That is the real issue. That is the issue that will continue in this country when these poor tongues of Judge Douglas and myself shall be silent. It is the eternal struggle between these two principles — right and wrong — through-out the world. They are the two principles that have stood face to face from the beginning of time, and will ever continue to struggle. The one is the common right of humanity, and the other the divine right of kings. It is the same principle in whatever shape it develops itself. It is the same spirit that says, "You work and toil and earn bread, and I'll eat it." No matter in what shape it comes, whether from the mouth of a king who seeks to bestride the people of his own nation and live by the fruit of their labor, or from one race of men as an apology for enslaving another race, it is the same tyrannical principle. I was glad to express my gratitude at Quincy, and I re-express it here, to Judge Douglas, — that he looks to no end of the institution of slavery. That will help the people to see where the struggle really is. It will hereafter place with us all men who really do wish the wrong may have an end. And whenever we can get rid of the fog which obscures the real question, when we can get Judge Douglas and his friends to avow a policy looking to its perpetuation, — we can get out from among that class of men and bring them to the side of those who treat it as a wrong. Then there will soon be an end of it, and that end will be its "ultimate extinction." Whenever the issue can be distinctly made and all extraneous matter thrown out so that men can fairly see the real difference between the parties, this controversy will soon be settled, and it will be done peaceably too. There will be no war, no violence. It will be placed again where the wisest and best men of the world placed it. Brooks of South Carolina once declared that when this Constitution was framed, its framers did not look to the institution existing until this day. When he said this, I think he stated a fact that is fully borne out by the history of the times. But he also said they were better and wiser men than the men of these days; yet the men of these days had experience which they had not, and by the invention of the cotton-gin it became a necessity in this country that slavery should be perpetual. I now say that, willingly or unwillingly, purposely or without purpose, Judge Douglas has been the most prominent instrument in changing the position of the institution of slavery which the fathers of the government expected to come to an end ere this, — and putting it upon Brooks's cotton-gin basis; placing it where he openly confesses he has no desire there shall ever be an end of it.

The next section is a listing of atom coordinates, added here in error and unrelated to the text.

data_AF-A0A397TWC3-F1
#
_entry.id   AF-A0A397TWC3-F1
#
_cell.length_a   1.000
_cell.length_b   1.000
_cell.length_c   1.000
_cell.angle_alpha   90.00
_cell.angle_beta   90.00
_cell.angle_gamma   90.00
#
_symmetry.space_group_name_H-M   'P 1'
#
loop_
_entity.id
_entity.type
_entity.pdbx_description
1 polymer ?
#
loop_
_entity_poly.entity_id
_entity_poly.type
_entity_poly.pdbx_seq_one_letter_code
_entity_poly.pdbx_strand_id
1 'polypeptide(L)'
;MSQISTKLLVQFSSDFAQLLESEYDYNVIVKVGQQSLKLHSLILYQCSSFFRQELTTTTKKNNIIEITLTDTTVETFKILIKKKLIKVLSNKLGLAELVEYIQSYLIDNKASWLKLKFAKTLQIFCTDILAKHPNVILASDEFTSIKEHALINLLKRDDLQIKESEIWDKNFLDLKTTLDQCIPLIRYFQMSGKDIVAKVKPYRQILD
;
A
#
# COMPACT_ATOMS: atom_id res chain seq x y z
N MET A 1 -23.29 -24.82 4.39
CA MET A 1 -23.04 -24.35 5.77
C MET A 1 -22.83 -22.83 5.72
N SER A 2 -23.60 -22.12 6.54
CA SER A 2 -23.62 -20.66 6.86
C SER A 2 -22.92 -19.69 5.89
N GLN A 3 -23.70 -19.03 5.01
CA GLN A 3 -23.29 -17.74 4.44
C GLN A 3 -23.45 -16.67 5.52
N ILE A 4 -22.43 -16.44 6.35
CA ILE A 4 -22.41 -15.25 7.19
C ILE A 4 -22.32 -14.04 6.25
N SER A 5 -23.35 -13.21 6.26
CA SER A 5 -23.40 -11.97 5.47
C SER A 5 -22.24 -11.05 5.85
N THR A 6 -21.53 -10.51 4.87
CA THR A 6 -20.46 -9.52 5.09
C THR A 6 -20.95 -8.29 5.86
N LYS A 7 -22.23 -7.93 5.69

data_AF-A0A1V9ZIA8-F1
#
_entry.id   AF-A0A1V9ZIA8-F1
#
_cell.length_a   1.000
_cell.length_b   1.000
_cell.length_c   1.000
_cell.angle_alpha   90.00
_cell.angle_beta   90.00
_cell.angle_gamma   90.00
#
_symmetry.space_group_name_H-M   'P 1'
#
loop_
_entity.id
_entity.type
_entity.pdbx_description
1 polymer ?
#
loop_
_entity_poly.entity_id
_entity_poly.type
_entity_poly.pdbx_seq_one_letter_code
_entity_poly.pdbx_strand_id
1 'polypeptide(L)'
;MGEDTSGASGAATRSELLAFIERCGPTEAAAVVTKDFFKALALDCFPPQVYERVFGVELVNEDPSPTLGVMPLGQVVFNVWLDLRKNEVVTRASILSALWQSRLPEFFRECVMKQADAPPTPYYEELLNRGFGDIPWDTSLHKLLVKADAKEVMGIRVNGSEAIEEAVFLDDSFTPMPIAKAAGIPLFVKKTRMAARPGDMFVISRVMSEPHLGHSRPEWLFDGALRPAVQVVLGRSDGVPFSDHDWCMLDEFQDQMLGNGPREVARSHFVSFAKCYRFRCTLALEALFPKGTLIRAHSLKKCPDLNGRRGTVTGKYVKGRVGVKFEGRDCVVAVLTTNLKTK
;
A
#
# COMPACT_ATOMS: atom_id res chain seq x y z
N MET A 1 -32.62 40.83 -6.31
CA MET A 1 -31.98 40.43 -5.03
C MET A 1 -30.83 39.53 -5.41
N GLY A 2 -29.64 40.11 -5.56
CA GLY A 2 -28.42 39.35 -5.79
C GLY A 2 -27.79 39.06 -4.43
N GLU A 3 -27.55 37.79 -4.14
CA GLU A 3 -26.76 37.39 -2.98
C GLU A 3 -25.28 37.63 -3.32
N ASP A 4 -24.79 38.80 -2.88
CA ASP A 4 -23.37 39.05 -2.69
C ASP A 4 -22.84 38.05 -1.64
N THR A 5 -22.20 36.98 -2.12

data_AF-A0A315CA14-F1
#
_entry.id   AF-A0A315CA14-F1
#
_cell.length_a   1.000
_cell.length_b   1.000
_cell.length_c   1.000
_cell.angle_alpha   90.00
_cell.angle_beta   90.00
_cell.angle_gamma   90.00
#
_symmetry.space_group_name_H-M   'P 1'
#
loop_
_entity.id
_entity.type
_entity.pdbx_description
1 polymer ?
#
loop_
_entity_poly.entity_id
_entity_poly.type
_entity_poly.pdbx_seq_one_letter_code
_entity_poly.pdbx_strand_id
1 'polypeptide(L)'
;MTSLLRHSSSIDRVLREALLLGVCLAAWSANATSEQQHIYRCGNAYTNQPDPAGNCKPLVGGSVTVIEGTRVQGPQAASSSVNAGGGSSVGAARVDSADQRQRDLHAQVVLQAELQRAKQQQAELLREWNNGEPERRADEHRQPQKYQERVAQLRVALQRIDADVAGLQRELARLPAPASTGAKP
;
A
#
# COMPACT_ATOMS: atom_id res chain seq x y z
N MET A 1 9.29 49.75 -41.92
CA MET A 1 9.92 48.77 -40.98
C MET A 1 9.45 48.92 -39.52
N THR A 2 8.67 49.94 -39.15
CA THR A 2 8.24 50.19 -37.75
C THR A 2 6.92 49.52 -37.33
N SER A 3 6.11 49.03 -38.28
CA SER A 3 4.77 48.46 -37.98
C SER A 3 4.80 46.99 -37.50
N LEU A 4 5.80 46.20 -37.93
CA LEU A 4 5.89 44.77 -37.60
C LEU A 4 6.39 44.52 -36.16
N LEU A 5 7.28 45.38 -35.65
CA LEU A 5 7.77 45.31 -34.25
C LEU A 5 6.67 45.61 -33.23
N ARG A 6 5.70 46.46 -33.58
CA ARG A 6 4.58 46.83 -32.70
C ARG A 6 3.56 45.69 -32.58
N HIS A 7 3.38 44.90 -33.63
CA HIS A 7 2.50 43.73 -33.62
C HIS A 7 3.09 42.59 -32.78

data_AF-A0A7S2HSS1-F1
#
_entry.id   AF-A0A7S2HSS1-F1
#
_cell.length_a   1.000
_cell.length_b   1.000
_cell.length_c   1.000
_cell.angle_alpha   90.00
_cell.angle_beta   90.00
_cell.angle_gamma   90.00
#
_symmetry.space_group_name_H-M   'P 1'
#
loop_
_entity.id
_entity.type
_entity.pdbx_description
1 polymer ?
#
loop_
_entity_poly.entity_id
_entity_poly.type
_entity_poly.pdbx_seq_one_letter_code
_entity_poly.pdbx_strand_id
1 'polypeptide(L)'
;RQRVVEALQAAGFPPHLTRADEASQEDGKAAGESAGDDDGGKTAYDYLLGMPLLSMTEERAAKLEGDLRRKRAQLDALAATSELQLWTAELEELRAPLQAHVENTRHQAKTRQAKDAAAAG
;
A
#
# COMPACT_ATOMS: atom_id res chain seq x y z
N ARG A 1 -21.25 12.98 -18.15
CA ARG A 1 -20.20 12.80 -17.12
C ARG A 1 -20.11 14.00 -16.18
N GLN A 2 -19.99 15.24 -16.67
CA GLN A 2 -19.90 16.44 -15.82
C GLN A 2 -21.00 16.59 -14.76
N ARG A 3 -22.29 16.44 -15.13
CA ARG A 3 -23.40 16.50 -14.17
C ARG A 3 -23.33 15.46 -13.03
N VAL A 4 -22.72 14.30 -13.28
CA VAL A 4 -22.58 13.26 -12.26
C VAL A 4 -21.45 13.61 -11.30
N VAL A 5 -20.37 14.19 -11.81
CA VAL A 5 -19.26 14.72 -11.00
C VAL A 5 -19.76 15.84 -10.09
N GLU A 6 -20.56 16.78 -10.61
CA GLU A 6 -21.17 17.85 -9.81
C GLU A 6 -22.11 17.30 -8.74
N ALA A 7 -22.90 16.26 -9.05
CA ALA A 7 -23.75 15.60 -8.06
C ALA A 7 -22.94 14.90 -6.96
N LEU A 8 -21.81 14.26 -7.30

I understand I have ten minutes yet. I will employ it in saying something about this argument Judge Douglas uses, while he sustains the Dred Scott decision, that the people of the Territories can still somehow exclude slavery. The first thing I ask attention to is the fact that Judge Douglas constantly said, before the decision, that whether they could or not, was a question for the Supreme Court. But after the court has made the decision he virtually says it is not a question for the Supreme Court, but for the people. And how is it he tells us they can exclude it? He says it needs "police regulations," and that admits of "unfriendly legislation." Although it is a right established by the Constitution of the United States to take a slave into a Territory of the United States and hold him as property, yet unless the Territorial Legislature will give friendly legislation, and, more especially, if they adopt unfriendly legislation, they can practically exclude him. Now, without meeting this proposition as a matter of fact, I pass to consider the real constitutional obligation. Let me take the gentleman who looks me in the face before me, and let us suppose that he is a member of the Territorial Legislature. The first thing he will do will be to swear that he will support the Constitution of the United States. His neighbor by his side in the Territory has slaves and needs Territorial legislation to enable him to enjoy that constitutional right. Can he withhold the legislation which his neighbor needs for the enjoyment of a right which is fixed in his favor in the Constitution of the United States which he has sworn to support? Can he withhold it without violating his oath And, more especially, can he pass unfriendly legislation to violate his oath? Why, this is a monstrous sort of talk about the Constitution of the United States! There has never been as outlandish or lawless a doctrine from the mouth of any respectable man on earth. I do not believe it is a constitutional right to hold slaves in a Territory of the United States. I believe the decision was improperly made and I go for reversing it. Judge Douglas is furious against those who go for reversing a decision. But he is for legislating it out of all force while the law itself stands. I repeat that there has never been so monstrous a doctrine uttered from the month of a respectable man.